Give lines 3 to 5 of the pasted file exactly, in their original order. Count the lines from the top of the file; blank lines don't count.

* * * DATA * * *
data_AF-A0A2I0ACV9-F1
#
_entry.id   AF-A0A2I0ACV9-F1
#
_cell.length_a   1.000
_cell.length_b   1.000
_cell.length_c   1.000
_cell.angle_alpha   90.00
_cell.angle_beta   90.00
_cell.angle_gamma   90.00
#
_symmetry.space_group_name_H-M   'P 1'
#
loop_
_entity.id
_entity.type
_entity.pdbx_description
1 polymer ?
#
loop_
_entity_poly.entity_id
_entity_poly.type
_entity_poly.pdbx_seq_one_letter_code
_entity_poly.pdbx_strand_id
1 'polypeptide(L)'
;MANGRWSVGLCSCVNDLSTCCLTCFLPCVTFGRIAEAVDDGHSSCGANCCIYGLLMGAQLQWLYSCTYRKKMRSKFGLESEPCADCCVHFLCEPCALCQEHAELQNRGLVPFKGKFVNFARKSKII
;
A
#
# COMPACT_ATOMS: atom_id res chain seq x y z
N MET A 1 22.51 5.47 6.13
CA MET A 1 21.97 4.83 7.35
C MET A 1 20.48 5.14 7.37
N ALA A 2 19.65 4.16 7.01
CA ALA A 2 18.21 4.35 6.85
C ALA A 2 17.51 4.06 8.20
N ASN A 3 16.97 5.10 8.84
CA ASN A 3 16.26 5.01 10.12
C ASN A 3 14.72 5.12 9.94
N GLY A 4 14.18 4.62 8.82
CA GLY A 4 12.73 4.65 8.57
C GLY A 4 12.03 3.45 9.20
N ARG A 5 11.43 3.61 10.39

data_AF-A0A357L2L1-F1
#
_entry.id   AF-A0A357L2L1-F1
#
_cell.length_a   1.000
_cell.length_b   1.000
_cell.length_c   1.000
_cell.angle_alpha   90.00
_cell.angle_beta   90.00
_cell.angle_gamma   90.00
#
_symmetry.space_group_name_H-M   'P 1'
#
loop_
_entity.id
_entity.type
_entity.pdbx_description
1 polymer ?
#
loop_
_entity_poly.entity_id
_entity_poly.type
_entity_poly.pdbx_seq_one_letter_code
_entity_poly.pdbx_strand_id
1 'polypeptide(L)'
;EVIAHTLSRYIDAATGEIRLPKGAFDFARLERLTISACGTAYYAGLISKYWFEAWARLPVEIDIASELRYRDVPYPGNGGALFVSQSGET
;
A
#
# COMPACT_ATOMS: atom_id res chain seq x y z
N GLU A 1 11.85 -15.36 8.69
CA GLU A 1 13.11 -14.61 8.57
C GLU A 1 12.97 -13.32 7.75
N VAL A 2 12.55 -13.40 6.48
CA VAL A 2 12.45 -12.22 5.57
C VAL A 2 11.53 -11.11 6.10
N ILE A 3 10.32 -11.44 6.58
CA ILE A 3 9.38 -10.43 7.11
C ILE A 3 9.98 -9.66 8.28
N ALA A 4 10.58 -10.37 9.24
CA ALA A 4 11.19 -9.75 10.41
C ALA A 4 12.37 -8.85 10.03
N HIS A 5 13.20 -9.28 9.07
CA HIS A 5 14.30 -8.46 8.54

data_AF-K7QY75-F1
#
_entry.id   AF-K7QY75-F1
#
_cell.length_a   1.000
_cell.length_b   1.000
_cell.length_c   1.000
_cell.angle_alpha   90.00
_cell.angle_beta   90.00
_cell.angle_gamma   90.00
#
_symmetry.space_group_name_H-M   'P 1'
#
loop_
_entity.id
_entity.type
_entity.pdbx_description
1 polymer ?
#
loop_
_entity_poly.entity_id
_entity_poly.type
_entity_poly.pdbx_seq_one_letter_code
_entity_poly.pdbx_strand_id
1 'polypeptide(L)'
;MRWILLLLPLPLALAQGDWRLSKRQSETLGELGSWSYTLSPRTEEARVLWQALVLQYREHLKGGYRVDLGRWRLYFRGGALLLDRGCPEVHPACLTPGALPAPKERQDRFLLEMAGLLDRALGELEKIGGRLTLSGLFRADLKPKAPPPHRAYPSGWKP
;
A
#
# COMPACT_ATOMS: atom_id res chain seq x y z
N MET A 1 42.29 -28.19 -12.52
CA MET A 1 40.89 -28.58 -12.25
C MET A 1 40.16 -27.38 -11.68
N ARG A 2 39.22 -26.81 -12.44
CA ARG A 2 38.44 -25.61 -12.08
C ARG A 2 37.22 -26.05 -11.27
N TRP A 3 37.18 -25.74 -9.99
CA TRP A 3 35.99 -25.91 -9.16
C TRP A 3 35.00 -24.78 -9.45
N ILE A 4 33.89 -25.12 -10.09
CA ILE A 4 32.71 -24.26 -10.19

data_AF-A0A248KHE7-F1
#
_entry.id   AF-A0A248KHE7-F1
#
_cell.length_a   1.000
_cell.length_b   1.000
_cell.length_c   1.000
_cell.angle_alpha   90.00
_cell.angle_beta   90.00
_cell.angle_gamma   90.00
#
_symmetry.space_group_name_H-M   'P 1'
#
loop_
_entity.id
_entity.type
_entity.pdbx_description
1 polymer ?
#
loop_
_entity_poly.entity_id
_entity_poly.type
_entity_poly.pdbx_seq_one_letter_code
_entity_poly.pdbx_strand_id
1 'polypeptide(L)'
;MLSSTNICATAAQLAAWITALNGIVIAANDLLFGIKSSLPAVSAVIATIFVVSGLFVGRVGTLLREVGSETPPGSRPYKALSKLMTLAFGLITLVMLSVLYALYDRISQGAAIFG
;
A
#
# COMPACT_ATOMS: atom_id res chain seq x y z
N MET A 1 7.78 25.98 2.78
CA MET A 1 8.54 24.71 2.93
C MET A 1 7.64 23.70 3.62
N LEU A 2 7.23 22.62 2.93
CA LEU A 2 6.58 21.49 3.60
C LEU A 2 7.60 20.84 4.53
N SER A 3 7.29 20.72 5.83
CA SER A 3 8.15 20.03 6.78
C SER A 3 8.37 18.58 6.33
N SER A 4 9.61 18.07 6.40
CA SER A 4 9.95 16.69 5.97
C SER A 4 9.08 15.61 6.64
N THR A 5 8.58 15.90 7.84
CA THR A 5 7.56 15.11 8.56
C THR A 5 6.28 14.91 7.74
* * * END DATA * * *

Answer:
_entry.id   AF-A0A2I0ACV9-F1
#
_cell.length_a   1.000